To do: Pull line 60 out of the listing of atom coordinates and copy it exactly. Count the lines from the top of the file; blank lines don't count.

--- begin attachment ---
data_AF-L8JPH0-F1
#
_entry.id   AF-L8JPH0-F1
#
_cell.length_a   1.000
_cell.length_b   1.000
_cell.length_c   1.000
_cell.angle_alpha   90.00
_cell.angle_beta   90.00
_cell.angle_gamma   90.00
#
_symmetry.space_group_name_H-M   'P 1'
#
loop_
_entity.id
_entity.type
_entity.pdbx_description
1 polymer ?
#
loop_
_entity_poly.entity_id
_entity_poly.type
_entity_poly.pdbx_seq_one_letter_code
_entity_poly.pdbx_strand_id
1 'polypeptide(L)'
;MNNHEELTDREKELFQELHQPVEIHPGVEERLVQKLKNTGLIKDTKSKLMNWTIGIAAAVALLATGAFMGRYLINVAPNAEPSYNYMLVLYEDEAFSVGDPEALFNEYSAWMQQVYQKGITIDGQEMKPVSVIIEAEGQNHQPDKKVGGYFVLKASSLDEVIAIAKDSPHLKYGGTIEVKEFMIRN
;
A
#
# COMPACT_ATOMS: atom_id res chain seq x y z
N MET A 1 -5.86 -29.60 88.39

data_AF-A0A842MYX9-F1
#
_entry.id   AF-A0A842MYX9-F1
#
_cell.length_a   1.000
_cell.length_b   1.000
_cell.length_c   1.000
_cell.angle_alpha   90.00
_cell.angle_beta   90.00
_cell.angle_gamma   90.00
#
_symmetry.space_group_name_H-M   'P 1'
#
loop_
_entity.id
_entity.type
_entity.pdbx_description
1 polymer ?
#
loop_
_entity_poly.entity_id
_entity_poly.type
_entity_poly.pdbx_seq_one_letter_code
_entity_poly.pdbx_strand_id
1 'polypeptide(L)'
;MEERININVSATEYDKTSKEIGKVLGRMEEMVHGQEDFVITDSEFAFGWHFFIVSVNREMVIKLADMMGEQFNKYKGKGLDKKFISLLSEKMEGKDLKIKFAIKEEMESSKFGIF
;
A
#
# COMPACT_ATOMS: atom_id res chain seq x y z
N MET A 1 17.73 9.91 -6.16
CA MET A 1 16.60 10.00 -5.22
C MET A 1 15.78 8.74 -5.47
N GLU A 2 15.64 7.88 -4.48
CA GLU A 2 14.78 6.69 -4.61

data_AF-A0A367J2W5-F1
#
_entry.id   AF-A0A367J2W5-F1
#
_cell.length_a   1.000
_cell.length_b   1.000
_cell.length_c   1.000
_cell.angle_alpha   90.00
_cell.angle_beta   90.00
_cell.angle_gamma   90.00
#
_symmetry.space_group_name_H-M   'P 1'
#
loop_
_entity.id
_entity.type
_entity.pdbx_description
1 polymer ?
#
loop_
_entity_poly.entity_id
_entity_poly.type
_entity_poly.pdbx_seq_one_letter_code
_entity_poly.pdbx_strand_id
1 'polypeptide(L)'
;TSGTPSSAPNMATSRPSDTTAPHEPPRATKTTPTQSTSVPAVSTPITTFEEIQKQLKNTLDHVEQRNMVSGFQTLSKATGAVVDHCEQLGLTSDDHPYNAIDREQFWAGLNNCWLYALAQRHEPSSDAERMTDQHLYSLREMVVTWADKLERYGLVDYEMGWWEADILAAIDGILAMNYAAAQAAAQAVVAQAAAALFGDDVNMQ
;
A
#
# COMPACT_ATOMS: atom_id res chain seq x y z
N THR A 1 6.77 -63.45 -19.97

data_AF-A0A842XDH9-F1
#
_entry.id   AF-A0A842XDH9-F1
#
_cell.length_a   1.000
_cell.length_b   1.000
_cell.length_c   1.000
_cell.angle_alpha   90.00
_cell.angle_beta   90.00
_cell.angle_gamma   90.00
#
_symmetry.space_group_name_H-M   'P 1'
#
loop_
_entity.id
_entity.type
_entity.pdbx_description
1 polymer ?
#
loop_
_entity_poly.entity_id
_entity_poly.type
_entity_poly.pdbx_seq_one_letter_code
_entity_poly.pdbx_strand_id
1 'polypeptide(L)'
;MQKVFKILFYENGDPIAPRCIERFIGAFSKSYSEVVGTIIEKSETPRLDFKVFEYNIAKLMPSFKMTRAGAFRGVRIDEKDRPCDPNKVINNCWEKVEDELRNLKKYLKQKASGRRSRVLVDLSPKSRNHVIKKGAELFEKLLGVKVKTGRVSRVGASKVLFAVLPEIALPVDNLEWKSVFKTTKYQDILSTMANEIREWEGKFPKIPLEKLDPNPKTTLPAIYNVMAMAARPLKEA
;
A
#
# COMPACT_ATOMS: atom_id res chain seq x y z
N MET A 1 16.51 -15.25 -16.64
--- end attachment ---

#